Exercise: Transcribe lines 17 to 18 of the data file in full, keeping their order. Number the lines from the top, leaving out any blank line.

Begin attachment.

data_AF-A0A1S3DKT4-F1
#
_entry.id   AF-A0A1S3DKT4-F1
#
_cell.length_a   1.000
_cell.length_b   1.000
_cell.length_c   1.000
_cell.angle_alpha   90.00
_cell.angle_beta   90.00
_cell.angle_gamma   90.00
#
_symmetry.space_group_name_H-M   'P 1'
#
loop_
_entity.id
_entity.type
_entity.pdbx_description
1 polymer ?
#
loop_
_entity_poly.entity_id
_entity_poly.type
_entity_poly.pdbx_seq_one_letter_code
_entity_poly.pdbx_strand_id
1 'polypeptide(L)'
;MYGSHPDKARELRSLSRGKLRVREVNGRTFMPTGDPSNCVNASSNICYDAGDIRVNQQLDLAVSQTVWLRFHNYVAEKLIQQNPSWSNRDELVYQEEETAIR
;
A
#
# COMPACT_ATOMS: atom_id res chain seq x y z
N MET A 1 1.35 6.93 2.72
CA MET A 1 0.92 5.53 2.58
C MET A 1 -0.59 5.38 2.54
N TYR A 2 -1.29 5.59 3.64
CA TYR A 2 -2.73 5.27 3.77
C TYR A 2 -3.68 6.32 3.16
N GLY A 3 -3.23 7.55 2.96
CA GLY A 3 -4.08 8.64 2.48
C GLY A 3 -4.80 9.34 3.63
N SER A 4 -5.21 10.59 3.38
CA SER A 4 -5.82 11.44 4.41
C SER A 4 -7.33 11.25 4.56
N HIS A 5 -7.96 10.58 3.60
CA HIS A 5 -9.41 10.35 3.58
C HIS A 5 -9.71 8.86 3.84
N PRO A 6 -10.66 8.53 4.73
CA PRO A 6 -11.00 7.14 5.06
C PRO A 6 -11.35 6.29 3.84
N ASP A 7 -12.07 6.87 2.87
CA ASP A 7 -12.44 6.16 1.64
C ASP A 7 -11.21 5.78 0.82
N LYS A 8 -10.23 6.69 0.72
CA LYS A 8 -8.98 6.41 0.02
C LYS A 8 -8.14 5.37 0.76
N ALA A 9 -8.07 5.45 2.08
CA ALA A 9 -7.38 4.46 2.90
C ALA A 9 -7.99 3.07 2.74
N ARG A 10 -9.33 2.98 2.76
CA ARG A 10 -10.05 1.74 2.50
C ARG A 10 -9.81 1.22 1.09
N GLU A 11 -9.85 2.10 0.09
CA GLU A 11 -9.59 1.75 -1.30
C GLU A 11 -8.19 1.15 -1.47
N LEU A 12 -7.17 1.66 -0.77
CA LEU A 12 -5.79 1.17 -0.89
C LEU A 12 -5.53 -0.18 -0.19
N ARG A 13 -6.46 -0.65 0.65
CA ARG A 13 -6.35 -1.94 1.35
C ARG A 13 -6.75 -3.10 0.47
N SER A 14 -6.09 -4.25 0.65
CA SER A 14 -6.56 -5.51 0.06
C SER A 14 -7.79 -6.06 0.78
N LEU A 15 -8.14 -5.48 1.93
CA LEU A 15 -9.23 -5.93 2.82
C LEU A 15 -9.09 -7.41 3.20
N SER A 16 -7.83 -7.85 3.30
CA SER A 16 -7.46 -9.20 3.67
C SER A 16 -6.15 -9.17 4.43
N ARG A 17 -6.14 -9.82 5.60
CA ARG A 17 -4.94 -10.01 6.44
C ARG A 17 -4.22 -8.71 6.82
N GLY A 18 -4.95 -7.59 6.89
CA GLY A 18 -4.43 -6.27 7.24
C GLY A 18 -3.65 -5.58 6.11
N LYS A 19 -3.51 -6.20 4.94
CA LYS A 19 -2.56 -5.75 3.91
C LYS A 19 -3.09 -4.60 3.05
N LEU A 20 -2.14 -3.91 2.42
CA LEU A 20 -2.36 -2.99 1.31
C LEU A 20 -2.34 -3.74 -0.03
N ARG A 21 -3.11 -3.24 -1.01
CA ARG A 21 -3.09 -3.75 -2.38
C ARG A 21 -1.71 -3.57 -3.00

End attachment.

_entity.pdbx_description
1 polymer ?